Bill to Strengthen U.S. Competitiveness Awaits Senate PassageBy: Ellen Kuo
Wednesday, June 2, 2021
The Senate Commerce, Science, and Transportation Committee reported out of committee S. 1260, Endless Frontier Act, in early May. It moved quickly to the Senate floor for consideration.
The Committee’s reported version incorporated Supporting Early-Career Researchers Act, Research to Spark the Economy Act, Bioeconomy Research and Development Act of 2021, Advancing Precision Agriculture Capabilities Act of 2021, and Combating Sexual Harassment in Science. As expected, the version reported out of the Committee was expanded to bring in legislation from additional Senate committees, including Foreign Relations, Judiciary, Homeland Security, Banking, and Health, Education, Labor and Pensions to the Senate floor. Senate Majority Leader Chuck Schumer (D-NY) withdrew the Senate Commerce-approved substitute amendment by unanimous consent and offered up a new 1,445 page substitute amendment (#1502) on May 18.
This substitute would bring increased focus on U.S. research and development (R&D) with a cash infusion of more than $100 billion. Senators voted 86-11 to move forward on the bill, which broadly focuses on the science and technology enterprise of the federal government to boost technology research and development, revitalize manufacturing sectors, and provide a diplomatic and national security strategy for the country. After nearly two weeks of work on the substitute, several Senators demanded amendments to be added to improve the bill or it would not be able to advance to a floor vote. As a result, the Majority Leader struck a deal on May 28 to debate additional amendments on the bill now known as U.S. Innovation and Competition Act (S. 1260). The Majority Leader had wanted to see this bill done by Memorial Day; instead, the final up-or-down vote will have to wait until June. There is uncertainty of how the Senate bill will move once it gets to the House.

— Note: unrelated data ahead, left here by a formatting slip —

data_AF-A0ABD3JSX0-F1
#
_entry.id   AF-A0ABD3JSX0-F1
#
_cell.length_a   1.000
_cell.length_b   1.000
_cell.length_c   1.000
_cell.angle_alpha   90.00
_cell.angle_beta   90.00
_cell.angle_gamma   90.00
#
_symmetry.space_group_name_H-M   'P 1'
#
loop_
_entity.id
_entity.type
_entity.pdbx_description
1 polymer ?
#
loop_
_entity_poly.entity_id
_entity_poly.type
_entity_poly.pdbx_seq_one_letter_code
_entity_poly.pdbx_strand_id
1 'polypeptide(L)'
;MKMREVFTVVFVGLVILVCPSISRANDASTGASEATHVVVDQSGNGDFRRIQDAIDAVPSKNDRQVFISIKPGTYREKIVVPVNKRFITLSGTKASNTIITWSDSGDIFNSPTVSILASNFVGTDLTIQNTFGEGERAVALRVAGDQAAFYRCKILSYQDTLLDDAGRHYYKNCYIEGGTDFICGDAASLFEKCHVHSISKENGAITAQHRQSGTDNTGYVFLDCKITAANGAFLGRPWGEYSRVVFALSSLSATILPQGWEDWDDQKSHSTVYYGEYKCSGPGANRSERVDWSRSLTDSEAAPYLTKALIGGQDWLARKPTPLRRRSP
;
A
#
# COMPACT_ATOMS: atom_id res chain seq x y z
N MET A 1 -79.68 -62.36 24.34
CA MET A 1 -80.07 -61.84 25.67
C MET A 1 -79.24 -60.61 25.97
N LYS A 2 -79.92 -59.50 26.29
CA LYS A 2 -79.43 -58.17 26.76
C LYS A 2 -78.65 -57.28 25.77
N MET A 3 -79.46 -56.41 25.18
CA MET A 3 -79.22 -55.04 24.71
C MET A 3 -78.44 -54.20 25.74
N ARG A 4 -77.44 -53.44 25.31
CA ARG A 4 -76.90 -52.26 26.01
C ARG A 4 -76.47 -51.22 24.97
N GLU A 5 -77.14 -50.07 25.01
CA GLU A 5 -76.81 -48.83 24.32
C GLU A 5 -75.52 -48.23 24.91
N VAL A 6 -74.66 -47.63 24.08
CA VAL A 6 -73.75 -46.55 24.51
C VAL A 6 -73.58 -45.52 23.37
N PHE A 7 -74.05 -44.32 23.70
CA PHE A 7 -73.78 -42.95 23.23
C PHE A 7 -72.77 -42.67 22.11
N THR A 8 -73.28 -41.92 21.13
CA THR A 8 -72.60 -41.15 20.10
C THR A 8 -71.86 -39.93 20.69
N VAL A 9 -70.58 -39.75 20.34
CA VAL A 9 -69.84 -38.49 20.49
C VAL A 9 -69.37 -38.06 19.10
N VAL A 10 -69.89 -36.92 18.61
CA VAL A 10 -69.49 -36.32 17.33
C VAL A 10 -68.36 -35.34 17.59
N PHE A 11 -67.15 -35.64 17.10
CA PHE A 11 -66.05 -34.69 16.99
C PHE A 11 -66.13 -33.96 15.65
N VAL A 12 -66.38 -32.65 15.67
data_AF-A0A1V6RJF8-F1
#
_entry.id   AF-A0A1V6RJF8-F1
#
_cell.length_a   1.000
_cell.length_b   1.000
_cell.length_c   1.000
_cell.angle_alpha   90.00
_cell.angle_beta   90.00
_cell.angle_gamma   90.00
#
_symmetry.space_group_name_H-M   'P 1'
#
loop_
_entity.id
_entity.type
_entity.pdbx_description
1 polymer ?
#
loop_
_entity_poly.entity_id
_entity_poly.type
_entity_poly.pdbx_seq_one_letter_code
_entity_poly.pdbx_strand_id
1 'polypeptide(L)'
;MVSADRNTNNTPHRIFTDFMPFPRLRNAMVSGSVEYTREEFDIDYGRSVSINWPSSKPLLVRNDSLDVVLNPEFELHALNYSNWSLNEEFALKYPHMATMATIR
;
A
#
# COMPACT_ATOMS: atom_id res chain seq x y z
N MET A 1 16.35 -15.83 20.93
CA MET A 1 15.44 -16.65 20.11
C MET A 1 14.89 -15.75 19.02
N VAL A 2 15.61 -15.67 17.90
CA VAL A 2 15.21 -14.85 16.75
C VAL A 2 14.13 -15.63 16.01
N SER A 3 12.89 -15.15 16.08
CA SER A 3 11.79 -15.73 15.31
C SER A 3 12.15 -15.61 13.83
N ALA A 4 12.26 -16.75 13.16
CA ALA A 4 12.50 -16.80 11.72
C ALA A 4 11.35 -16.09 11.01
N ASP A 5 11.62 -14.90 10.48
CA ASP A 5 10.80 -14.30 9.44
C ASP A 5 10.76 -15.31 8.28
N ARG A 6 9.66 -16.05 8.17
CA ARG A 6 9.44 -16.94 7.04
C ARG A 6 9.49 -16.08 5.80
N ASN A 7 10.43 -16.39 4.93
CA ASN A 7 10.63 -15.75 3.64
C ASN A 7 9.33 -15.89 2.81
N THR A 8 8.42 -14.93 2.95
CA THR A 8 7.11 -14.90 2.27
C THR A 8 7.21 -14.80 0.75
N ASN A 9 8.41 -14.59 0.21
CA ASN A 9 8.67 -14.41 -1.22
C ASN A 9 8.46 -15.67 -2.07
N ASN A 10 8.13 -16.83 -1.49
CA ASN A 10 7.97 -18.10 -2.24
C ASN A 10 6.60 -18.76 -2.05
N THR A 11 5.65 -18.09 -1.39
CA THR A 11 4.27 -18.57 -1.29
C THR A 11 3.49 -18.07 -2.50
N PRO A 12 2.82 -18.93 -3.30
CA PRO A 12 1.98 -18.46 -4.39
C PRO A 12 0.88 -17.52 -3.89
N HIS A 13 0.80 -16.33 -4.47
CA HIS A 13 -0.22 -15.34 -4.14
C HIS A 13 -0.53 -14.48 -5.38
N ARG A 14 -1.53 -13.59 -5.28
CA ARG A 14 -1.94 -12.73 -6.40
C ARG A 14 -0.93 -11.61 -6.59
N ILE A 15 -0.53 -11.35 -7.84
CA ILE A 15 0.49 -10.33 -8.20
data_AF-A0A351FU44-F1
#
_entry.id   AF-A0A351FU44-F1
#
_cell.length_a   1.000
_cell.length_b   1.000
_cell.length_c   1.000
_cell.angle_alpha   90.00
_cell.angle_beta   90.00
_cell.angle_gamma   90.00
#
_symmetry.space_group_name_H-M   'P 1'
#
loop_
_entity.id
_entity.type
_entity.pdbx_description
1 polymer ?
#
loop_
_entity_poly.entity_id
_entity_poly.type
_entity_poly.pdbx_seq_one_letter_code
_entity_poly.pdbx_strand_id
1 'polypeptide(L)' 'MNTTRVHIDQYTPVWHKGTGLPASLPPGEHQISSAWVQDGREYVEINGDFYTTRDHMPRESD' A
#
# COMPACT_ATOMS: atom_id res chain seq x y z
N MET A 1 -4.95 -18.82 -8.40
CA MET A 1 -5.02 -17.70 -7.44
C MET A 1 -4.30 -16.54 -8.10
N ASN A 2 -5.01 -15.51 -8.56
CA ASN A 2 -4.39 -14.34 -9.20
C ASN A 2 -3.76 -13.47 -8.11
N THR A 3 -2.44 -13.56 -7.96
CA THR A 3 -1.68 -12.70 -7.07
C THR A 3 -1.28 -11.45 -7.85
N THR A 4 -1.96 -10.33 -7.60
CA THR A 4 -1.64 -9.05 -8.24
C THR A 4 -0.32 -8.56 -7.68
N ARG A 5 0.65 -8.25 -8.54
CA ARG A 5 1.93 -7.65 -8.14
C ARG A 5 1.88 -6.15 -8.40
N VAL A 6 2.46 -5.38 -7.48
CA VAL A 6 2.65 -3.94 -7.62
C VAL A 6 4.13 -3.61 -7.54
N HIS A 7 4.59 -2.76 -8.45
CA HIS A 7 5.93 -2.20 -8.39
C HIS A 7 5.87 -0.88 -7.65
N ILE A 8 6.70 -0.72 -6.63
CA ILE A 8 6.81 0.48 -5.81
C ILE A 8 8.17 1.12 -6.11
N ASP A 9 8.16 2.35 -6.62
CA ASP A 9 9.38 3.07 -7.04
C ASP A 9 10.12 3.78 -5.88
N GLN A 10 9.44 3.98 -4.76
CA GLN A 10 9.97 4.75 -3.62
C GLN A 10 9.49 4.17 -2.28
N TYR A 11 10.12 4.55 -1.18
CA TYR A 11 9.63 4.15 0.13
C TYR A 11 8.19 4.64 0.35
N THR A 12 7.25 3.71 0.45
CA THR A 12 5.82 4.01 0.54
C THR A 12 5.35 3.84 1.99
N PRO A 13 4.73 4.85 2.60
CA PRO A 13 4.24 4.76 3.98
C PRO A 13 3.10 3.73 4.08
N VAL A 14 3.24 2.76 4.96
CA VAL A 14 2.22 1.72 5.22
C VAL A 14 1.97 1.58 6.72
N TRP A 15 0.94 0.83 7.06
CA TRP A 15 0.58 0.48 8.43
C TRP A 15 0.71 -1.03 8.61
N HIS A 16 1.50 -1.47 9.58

Meanwhile, the House has been busy holding hearings on National Science Foundation (NSF) and working on other bills with a science, technology, sexual harassment, and education focus. For example, H.R. 2695, Combating Sexual Harassment in Science passed on suspension on the rules on the House floor. This bill would allow NSF to award research grants on sexual and gender harassment in the science, technology, engineering, and mathematics workforce. An interagency working group would examine policies to reduce the prevalence of such harassment and $17.5 million would be authorized for the NSF to carry out the legislation. Additionally, a new grant program would be introduced that awards competitive grants to higher education institutions or nonprofit groups to expand research on factors contributing to and consequences of sexual and gender harassment and ways to reduce the incidence and negative effects of harassment.
The authorized monies in the House and Senate bills focused on NSF were supported in President Biden’s American Jobs Plan to invest $50 billion in NSF and in creating a technology directorate that will collaborate with and build on existing programs across the government. Such a directorate would focus on fields like semiconductors and advanced computing, advanced communications technology, advanced energy technologies, and biotechnology. However, on May 21 the White House issued a memorandum offering to eliminate the R&D spending from the American Jobs Plan and to seek it in other legislative vehicles such as the Endless Frontier Act.